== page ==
Wolves At The Door by Gunnar Staalesen / #Extract #BlogTour #RandomThingsTours @annecater


One dark January night a car drives at high speed towards PI Varg Veum, and comes very close to killing him. Veum is certain this is no accident, following so soon after the deaths of two jailed men who were convicted for their participation in a case of child pornography and sexual assault … crimes that Veum himself once stood wrongly accused of committing.

While the guilty men were apparently killed accidentally, Varg suspects that there is something more sinister at play … and that he’s on the death list of someone still at large.

Fearing for his life, Veum begins to investigate the old case, interviewing the victims of abuse and delving deeper into the brutal crimes, with shocking results. The wolves are no longer in the dark … they are at his door. And they want vengeance.





Biskopshavn Church was built in 1966, doubtless to meet the need for
ecclesiastic activity among the fast-growing population of Ytre Sandviken in the 1950s and 1960s. It was shaped like a boatshed and perched
attractively on the top of a crag above the actual Biskopshavn, the bishop’s harbour, which was mentioned as early as in the 1200s, in Snorre’s
kings’ sagas.
The parish registry was in the east of the church,
wolves at the door 47
He set the cup down again and nodded. ‘Yes, one of the employees
here told me. Neither of them was a regular churchgoer, so they were
new to me.’ He paused. ‘I tried discreetly to ask his wife if there was
anything she wanted to talk to me about – as we do on such occasions:
ask if there’s anything people want the priest to emphasise in his speech.
Personal memories, something about the deceased’s character and
personality. But there was nothing. She was very upset by the death,
it seemed, and the result was an extremely brief mention of Haugen
before we went on with the standard texts and rounded off the ceremony. She didn’t even want to choose the psalms, so the organist and
I selected some of the more usual ones.’
‘There weren’t many people in church, I understand.’
‘No. Fru Haugen had her brother with her, fortunately. He seemed
like a reliable sort. Otherwise there was no one from the family. Just
a few others. A couple of neighbours perhaps. An ex-colleague.’ He
smiled wryly. ‘We don’t exactly do a roll-call, so this is just my interpretation of who they might’ve been.’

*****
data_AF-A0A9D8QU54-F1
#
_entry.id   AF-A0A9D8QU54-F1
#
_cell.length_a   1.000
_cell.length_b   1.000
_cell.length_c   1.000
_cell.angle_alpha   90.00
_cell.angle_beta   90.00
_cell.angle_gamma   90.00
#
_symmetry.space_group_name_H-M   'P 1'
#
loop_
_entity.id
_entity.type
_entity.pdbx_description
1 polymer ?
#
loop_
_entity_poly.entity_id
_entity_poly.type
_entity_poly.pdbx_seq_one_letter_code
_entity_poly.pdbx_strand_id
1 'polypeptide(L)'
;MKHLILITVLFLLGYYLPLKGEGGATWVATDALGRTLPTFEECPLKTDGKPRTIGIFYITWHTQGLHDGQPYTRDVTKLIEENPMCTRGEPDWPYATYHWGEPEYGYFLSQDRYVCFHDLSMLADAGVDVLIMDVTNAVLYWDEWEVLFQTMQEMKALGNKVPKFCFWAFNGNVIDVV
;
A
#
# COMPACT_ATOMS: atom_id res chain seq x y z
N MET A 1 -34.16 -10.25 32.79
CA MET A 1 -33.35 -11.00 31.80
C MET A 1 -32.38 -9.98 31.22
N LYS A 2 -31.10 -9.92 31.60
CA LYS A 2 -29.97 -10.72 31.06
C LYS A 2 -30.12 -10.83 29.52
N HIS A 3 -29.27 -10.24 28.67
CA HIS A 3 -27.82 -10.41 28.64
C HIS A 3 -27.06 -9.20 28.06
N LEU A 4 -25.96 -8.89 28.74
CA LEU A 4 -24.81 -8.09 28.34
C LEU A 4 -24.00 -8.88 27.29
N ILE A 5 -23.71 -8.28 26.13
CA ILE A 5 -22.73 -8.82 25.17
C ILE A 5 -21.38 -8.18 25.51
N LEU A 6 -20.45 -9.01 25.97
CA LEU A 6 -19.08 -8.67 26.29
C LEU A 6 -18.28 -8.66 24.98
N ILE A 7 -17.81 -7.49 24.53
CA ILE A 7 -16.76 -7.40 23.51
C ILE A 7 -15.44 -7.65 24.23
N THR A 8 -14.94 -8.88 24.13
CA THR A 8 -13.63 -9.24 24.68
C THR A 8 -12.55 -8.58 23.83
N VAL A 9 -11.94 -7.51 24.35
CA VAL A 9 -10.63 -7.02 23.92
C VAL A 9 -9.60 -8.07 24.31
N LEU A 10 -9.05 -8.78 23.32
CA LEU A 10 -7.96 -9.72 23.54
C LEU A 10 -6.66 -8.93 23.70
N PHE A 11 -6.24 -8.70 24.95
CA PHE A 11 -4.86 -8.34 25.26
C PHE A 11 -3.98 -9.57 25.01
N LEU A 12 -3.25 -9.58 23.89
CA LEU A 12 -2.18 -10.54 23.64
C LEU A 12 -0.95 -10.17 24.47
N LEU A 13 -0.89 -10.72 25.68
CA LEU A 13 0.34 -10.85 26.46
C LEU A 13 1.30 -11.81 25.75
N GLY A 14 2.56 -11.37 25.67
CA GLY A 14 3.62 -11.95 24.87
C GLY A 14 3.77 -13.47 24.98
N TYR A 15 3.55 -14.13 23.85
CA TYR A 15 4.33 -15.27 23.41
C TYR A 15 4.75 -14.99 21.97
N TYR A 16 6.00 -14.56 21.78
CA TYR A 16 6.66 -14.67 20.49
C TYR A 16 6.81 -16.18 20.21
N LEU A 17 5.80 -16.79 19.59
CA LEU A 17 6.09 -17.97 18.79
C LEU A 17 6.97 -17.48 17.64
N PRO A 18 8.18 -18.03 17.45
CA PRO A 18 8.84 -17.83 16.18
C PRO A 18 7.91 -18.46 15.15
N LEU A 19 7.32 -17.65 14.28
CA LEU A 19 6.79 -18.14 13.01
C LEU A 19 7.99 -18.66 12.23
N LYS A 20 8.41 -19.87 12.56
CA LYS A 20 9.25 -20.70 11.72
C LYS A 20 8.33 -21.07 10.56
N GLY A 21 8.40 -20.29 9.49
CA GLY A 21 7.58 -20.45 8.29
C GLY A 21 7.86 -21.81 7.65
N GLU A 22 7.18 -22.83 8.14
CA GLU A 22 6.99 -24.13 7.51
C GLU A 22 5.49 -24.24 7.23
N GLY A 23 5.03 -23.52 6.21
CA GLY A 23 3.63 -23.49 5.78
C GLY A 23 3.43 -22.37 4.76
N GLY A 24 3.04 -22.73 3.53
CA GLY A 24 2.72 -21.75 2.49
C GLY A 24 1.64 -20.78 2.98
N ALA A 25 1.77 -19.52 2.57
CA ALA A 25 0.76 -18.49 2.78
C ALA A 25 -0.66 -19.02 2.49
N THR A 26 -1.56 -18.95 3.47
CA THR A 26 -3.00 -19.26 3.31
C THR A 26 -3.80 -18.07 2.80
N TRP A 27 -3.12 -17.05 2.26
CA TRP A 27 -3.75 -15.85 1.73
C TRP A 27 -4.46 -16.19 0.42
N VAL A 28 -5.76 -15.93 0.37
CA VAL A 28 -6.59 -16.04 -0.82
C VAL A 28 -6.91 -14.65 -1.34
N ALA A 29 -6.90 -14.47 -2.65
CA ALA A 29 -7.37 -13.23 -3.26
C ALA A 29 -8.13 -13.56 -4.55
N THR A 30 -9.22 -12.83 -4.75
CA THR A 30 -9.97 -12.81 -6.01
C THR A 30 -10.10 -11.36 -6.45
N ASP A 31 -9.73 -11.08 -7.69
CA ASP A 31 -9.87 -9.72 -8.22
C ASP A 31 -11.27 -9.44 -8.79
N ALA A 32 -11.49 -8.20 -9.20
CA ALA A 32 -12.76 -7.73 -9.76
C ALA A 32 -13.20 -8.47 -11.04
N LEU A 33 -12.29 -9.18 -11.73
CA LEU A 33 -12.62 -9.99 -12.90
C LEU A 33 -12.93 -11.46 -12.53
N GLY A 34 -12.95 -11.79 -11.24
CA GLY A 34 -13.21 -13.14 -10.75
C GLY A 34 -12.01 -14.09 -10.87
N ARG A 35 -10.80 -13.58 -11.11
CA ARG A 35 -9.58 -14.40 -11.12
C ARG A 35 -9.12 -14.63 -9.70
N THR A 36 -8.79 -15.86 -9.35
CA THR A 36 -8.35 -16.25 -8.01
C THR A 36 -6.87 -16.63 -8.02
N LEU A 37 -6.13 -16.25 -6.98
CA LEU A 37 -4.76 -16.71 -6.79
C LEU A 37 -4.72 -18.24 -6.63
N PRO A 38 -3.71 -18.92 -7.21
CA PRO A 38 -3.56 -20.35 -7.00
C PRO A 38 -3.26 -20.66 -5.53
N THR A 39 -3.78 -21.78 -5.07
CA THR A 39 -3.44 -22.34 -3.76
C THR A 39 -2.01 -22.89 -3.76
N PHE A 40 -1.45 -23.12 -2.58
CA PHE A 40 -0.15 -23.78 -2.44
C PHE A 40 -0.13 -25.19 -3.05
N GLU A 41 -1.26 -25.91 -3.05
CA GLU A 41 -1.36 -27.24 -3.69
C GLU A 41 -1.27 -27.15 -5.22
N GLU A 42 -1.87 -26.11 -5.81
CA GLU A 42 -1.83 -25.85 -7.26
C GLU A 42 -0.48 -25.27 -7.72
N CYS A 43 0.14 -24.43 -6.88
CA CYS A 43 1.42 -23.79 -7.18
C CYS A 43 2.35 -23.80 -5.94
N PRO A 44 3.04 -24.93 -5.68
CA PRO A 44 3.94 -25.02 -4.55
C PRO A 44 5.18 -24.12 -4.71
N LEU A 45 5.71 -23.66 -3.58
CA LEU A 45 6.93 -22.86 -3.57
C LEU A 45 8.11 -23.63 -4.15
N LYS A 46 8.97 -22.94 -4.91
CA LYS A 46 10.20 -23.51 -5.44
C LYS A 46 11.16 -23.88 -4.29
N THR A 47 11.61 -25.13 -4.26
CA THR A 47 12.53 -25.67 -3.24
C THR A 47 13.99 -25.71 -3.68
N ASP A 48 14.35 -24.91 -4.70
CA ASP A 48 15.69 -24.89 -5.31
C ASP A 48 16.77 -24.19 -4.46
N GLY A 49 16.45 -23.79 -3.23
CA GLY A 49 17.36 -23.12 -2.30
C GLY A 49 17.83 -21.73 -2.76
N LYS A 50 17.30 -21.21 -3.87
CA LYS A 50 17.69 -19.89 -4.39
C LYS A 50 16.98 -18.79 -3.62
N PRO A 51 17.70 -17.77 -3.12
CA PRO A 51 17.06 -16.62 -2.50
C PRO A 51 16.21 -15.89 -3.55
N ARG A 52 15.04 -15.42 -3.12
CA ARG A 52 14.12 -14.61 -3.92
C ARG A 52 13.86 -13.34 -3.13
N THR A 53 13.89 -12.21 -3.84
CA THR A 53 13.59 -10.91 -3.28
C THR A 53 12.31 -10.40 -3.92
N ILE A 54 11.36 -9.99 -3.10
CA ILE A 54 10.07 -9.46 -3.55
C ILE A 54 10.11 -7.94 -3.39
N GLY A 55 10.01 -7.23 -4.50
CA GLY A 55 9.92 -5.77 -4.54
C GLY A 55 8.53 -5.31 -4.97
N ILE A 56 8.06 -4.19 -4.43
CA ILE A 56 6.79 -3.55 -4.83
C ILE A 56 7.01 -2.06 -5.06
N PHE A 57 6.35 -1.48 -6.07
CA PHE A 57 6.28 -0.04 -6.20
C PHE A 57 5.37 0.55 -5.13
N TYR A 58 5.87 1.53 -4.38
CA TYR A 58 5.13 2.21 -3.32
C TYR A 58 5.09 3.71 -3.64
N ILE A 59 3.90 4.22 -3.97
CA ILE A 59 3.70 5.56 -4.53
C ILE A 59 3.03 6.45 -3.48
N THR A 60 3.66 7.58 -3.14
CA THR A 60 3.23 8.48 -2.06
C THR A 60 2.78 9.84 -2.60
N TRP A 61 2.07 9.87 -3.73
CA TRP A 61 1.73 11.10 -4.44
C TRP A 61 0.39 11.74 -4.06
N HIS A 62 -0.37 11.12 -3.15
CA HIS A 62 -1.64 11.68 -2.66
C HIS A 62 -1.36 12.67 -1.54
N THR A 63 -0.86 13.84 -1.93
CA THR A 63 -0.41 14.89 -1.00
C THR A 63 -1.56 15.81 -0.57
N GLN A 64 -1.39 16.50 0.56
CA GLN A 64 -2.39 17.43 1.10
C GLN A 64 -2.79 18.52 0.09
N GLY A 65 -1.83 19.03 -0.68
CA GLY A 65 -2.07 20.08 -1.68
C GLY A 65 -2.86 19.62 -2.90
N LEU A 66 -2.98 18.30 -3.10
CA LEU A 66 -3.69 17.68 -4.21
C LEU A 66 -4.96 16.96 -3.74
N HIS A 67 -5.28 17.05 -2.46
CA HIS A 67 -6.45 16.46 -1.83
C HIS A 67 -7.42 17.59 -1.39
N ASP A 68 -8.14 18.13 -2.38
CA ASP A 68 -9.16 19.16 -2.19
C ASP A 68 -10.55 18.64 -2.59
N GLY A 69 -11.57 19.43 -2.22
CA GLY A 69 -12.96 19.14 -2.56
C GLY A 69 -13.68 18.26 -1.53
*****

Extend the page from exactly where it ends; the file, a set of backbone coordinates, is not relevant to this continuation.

It was my turn to taste the coffee.
‘You’re a private investigator, you said. Does this mean that there’s
something suspicious about the death?’
‘Let me put it like this: there have been two deaths among three
men convicted of possessing sexual images of children. These are cases
that arouse strong emotions in people. Child abuse – you can hardly
imagine anything worse.’
‘No.’ He looked at me sadly. ‘It’s so far from what we can imagine.
Have you got any children?’
‘A grown-up son and a small grandchild. But they live in Oslo.’
‘As a priest you have an insight into so many lives. Even if we have no
Catholic customs such as confession in the Norwegian church, it does
happen that some people come to the priest with their confessions. If
you have no one else to confide in, a priest may be the very last resort.
During my career I’ve met people with a need to confess something or
other. Some of them have admitted the kind of thing we’re talking about
now. Their urges were simply too strong for them and they preyed on
children who were close to them. Their own, the neighbours’, the children they met in connection with sport, a variety of situations. But
precisely because of the closeness to the victims it’s harder to bear when
it – in some cases – comes out. Imagine a small village or a suburb of a
town, a sports team. You’re exposed forever. You’ll never be the same
again, neither in your own, nor in others’ eyes. For many there’s only
one way out.’ He heaved a sigh and said no more.
‘You’re referring to … suicide?’
He nodded.
‘And that might also be what happened to Haugen?’
‘Quite possibly.’
‘Of course you have a point. But the circumstances and this second
death … I don’t know … In fact it’s described as suicide by the police.
In Haugen’s case the incident was shelved as an accident. My problem
is, however, that I think these two deaths are conspicuously close in
time, and there may be a common motive behind both of them.’
‘Thou hast seen all their vengeance.’
‘Lamentations: chapter three, verse sixty.’
‘Exactly. As I said earlier. Strong emotions.’
‘But I don’t think I can help you in this particular case, Veum.’
‘Never mind. Thank you for your time.’
On my way out of Biskopshavn Church and down to where I had
parked the Corolla I drew a black line through my hypothesis that
Bjarte Nyland could be the unknown pastor in this, for the time being,
somewhat nebulous mystery. I would have to pursue my investigations
elsewhere. Top of the list was Per Haugen’s children.

Thank you, Gunnar Staalesen and Random Things Tours.

About the author

One of the fathers of the Nordic Noir genre, Gunnar Staalesen was born in
Bergen, Norway in 1947. He made his debut at the age of twenty-two with
Seasons of Innocence and in 1977 he published the first book in the Varg
Veum series. He is the author of over twenty-three titles, which have been
published in twenty-six countries and sold over five million copies. Twelve film
adaptations of his Varg Veum crime novels have appeared since 2007, starring
the popular Norwegian actor Trond Epsen Seim, and a further series is
currently being filmed. Staalesen, who has won three Golden Pistols (including
the Prize of Honour) and the Petrona Award, and been shortlisted for the CWA
Dagger, lives in Bergen with his wife.